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Martin Marten: A Novel by Brian Doyle

Martin Marten: A Novel

by Brian Doyle

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A delightful literary read about nature, including people and animals. In this, my second Brian Doyle book, he also writes in intelligent run-on sentences but it wasn't as noticable as in The Plover. Fun story full of memorable characters. Martin is a marten, one of the fastest mammals. Dave is a teenager, a runner. Moon is his friend. There's a smidge of magic in the story, a drizzle of fantasy, but don't worry, it's almost believable and is minimal. The book parallels a slice of time in the lives of the characters and Dave and his family and in the life of Martin and his family. Dave and Martin come to know each of each other, curiously drawn. Even martens can tell when a human animal is kind. Doyles writing is mesmerizing. I always look up words when I read him. The setting is Mt. Hood in Oregon, tiny hamlet of people and nature. The reader will learn much about certain animals. ( )
  Rascalstar | May 3, 2017 |
april 2015
  SGLibrary | Feb 17, 2016 |
Stunning, lyrical, realistic story following the lives of two youngsters living on Mt. Hood, Oregon. Though Martin is a pine marten and Dave is a human, they grow up in the same environment and learn from their families and neighbors how to be a part of their community. Doyle writes eloquently from both points of view. The community of characters both wild and human are fascinating, full of quirks and wisdom. I love how Doyle makes them all equal in the community. Delightful woodcut illustrations interspersed throughout add a peaceful lull. I cannot say enough about this novel. It is my book of the year for 2015. ( )
  bookwren | Jan 1, 2016 |
I really enjoyed this book although I was unsure at the beginning that I would. I learned heaps about martens and the Mt Hood. There are similarities in this book between the author's attitude to the world - I hesitate anymore to call it the natural world - and the philosophy of tangata whenua in New Zealand.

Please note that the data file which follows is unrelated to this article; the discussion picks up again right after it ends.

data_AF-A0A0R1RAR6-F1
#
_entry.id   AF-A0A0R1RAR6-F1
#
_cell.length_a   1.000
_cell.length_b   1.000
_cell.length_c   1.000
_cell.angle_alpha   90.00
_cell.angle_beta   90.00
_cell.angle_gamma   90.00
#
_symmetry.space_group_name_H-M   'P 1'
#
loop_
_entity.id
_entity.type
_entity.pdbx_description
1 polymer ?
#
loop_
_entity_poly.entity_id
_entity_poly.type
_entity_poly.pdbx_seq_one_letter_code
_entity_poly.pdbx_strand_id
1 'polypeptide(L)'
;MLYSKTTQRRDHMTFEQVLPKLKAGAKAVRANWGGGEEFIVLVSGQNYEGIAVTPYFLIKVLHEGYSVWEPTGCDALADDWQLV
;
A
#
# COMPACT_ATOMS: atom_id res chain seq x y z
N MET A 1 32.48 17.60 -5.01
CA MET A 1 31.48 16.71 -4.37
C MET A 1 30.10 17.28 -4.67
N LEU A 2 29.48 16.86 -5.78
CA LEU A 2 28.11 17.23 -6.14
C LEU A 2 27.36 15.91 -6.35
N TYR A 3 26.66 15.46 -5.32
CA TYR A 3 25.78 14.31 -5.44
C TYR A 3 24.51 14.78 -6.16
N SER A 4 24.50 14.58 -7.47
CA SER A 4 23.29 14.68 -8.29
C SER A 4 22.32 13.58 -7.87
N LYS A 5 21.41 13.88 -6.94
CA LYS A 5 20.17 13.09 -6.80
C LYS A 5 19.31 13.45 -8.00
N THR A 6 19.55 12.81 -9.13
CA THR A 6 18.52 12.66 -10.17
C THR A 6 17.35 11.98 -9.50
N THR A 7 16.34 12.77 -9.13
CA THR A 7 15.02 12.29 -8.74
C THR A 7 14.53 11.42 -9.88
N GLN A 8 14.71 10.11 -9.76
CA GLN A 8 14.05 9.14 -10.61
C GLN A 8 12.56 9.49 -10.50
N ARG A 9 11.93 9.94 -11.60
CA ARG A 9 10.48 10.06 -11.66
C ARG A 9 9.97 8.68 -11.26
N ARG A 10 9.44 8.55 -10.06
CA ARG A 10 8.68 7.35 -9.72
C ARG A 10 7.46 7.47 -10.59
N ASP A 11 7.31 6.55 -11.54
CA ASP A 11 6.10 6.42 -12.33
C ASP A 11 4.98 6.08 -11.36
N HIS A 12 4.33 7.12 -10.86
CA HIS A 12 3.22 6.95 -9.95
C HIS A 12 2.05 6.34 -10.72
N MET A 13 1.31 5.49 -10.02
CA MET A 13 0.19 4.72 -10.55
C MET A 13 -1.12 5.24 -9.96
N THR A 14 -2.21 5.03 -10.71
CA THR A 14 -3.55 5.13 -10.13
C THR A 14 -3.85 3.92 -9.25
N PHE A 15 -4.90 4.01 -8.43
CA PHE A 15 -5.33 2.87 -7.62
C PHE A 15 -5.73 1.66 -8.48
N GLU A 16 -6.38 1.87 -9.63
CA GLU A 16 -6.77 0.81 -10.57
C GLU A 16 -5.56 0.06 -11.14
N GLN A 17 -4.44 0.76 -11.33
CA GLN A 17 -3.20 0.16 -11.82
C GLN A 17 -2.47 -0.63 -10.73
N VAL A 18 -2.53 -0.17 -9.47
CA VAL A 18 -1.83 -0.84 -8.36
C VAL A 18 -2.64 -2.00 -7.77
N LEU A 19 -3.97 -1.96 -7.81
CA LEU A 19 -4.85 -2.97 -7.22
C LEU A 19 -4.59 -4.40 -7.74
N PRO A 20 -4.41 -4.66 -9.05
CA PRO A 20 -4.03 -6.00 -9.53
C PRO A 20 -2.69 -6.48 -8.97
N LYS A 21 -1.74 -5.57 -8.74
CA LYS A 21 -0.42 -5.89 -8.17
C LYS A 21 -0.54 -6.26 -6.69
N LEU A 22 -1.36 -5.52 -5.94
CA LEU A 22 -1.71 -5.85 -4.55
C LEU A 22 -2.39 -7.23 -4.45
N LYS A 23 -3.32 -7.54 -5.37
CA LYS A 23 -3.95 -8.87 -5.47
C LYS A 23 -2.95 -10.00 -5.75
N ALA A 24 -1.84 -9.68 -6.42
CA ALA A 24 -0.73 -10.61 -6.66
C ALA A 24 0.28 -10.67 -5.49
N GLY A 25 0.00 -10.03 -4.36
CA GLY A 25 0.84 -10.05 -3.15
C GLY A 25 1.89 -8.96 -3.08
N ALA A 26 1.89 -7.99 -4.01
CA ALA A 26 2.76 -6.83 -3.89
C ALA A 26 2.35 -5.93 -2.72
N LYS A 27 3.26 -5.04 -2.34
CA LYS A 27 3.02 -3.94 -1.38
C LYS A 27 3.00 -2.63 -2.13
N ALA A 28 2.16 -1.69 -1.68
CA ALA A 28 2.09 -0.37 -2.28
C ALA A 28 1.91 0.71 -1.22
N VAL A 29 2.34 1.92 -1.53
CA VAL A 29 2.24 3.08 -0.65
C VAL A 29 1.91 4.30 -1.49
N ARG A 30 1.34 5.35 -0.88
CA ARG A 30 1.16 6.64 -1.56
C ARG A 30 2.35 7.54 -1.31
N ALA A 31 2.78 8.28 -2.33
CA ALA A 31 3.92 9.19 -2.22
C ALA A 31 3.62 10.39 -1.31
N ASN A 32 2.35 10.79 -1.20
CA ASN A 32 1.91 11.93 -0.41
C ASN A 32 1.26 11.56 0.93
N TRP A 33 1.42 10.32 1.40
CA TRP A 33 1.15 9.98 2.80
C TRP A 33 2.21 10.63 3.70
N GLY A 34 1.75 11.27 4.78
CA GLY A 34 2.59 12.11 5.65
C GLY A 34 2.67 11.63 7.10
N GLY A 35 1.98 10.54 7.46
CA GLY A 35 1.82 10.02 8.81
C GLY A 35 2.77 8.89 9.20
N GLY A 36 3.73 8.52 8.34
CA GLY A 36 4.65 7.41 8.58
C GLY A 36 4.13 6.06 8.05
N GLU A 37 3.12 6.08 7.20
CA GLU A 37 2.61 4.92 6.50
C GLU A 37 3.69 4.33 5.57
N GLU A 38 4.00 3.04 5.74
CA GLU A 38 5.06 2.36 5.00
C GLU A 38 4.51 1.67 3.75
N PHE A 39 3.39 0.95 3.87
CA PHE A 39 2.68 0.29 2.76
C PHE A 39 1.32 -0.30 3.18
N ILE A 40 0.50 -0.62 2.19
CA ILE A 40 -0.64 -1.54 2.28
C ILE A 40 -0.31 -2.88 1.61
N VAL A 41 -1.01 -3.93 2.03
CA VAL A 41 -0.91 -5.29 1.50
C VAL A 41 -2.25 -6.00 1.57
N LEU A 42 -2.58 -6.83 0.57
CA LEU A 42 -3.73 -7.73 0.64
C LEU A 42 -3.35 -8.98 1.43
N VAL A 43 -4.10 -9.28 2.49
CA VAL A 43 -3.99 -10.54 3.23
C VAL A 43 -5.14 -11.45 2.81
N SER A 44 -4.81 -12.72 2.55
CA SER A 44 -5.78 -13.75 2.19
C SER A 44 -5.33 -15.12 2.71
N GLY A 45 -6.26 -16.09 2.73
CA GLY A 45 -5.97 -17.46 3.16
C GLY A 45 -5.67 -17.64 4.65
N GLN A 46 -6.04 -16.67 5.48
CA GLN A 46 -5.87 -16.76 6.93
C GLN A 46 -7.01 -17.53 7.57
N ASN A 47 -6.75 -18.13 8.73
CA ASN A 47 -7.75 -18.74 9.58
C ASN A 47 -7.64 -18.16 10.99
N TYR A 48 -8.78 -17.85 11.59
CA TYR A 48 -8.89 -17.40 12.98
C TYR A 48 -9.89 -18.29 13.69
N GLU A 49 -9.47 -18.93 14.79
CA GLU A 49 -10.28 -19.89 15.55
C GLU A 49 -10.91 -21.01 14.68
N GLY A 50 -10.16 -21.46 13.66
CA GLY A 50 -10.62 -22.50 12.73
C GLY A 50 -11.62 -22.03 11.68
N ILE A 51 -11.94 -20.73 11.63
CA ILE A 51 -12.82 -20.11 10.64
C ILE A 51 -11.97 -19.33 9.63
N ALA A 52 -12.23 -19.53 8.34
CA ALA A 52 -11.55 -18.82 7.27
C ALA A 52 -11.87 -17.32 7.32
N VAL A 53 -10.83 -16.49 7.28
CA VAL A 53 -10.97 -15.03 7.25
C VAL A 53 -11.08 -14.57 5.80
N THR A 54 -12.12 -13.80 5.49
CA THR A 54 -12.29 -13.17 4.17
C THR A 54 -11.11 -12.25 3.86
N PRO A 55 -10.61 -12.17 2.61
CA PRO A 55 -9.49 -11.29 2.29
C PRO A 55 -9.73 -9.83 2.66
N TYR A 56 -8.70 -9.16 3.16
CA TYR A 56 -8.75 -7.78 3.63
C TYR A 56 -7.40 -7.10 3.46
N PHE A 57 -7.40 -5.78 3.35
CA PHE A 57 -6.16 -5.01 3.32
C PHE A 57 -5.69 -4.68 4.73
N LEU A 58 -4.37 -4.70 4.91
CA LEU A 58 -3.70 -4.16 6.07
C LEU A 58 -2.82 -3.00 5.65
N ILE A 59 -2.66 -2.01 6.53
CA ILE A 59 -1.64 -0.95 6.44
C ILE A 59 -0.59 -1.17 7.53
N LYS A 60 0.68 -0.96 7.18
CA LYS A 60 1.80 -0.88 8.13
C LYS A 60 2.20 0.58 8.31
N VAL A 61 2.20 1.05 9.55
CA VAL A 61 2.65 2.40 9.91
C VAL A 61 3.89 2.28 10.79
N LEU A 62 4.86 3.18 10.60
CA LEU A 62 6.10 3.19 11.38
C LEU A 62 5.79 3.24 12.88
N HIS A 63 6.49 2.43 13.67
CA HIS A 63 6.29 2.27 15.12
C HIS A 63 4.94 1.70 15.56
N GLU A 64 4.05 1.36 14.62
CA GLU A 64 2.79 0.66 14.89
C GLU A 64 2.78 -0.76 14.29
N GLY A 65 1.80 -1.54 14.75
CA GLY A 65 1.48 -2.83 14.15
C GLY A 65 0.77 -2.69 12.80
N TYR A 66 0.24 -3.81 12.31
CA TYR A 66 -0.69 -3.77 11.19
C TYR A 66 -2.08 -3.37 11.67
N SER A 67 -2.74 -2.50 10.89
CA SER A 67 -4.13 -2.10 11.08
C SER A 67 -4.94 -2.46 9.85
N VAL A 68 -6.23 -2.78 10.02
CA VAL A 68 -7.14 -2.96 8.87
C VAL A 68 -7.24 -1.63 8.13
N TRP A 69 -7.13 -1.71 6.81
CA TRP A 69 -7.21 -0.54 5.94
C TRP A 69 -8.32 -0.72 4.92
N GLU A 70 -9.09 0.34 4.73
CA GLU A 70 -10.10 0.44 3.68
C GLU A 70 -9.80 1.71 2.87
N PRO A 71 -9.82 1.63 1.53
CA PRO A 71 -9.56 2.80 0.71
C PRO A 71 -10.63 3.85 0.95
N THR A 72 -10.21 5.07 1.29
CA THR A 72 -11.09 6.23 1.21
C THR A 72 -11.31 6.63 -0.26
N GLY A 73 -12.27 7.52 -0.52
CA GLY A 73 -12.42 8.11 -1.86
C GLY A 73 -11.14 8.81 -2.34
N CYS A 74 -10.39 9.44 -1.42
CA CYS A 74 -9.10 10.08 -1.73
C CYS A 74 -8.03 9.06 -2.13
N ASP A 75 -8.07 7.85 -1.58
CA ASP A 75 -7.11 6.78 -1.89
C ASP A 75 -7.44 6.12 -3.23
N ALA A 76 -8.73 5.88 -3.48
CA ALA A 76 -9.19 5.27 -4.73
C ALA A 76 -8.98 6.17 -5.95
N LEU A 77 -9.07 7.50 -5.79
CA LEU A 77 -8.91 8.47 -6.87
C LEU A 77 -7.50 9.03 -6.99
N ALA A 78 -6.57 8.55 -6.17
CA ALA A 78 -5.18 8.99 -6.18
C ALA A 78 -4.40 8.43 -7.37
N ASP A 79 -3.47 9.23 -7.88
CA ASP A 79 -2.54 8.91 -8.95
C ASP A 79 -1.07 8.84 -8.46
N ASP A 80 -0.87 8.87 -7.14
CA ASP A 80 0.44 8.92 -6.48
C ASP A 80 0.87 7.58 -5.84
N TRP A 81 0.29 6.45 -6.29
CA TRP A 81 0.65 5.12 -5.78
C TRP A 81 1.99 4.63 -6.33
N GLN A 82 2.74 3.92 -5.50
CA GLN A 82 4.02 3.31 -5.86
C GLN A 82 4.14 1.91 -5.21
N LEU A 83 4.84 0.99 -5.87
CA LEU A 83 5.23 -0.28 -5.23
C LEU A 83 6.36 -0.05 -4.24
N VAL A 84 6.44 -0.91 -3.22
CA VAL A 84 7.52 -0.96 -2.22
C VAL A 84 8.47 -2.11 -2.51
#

Pope Francis would I am sure appreciate this book as it has so many features which fit in with Laudato Si'.

I found the characters likeable and of course at the end I wanted to know what happened to them. We find some pointers to that with Dave and Martin. There were similarities to Watership Down in that one always felt that some portentous event was hanging over Martin.

Mapping the world at different levels is a challenge this book throws up - this was Maria's specialty - how did the teachers at her school keep such a student engaged?
  louis69 | Dec 16, 2015 |
Doyle artfully blends creatures of all natures in this fictional account of life in the mountains. There are multiple convincing scenes of people opening themselves to commune with wildlife as well as creatures from the great outdoors seeking and observing people. Poetic, endearing, and clever, this novel will help readers decide that hope is a reliable constant that defines our very existence. ( )
  Meghanista | Nov 7, 2015 |
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Beauty and grace are performed whether or not we will or sense them. Thes least we can do is try to be there. -Annie Dillard (from Pilgrim at Tinker Creek?)
We will never, we cannot, leave [animals] alone, even the tiniest one, ever, because we know we are one with them. Their blood is our blood. Their breath is our breath, their beginning our beginning, their fate our fate. Thus we deny them. Thus we yearn for them. They are among us and within us and of us, inextricably woven with the form and manner of our being, with our understanding and our imaginations. They are the grit and the salt and the lullaby of our language. - Pattiann Rogers, "Animals and People"
The unthinkable / is thinkable. -Wislawa Szymborska
For Mary
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Dave is fourteen years old.